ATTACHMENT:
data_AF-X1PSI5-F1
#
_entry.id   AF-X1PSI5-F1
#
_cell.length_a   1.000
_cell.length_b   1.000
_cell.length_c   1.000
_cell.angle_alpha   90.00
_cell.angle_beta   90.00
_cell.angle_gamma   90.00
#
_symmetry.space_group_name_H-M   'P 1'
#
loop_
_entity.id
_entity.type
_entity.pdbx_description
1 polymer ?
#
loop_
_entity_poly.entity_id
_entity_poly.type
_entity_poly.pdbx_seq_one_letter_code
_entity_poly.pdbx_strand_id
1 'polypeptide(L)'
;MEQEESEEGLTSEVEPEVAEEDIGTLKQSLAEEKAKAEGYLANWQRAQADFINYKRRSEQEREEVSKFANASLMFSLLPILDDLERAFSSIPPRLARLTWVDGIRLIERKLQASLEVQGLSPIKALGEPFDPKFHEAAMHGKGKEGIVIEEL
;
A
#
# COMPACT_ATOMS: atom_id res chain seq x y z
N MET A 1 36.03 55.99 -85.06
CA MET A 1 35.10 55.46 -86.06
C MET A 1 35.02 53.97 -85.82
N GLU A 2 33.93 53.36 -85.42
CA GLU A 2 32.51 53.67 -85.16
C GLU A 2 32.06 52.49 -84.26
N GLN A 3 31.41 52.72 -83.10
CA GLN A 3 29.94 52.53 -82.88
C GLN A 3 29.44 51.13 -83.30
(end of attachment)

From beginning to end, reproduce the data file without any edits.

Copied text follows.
data_AF-X1PSI5-F1
#
_entry.id   AF-X1PSI5-F1
#
_cell.length_a   1.000
_cell.length_b   1.000
_cell.length_c   1.000
_cell.angle_alpha   90.00
_cell.angle_beta   90.00
_cell.angle_gamma   90.00
#
_symmetry.space_group_name_H-M   'P 1'
#
loop_
_entity.id
_entity.type
_entity.pdbx_description
1 polymer ?
#
loop_
_entity_poly.entity_id
_entity_poly.type
_entity_poly.pdbx_seq_one_letter_code
_entity_poly.pdbx_strand_id
1 'polypeptide(L)'
;MEQEESEEGLTSEVEPEVAEEDIGTLKQSLAEEKAKAEGYLANWQRAQADFINYKRRSEQEREEVSKFANASLMFSLLPILDDLERAFSSIPPRLARLTWVDGIRLIERKLQASLEVQGLSPIKALGEPFDPKFHEAAMHGKGKEGIVIEEL
;
A
#
# COMPACT_ATOMS: atom_id res chain seq x y z
N MET A 1 36.03 55.99 -85.06
CA MET A 1 35.10 55.46 -86.06
C MET A 1 35.02 53.97 -85.82
N GLU A 2 33.93 53.36 -85.42
CA GLU A 2 32.51 53.67 -85.16
C GLU A 2 32.06 52.49 -84.26
N GLN A 3 31.41 52.72 -83.10
CA GLN A 3 29.94 52.53 -82.88
C GLN A 3 29.44 51.13 -83.30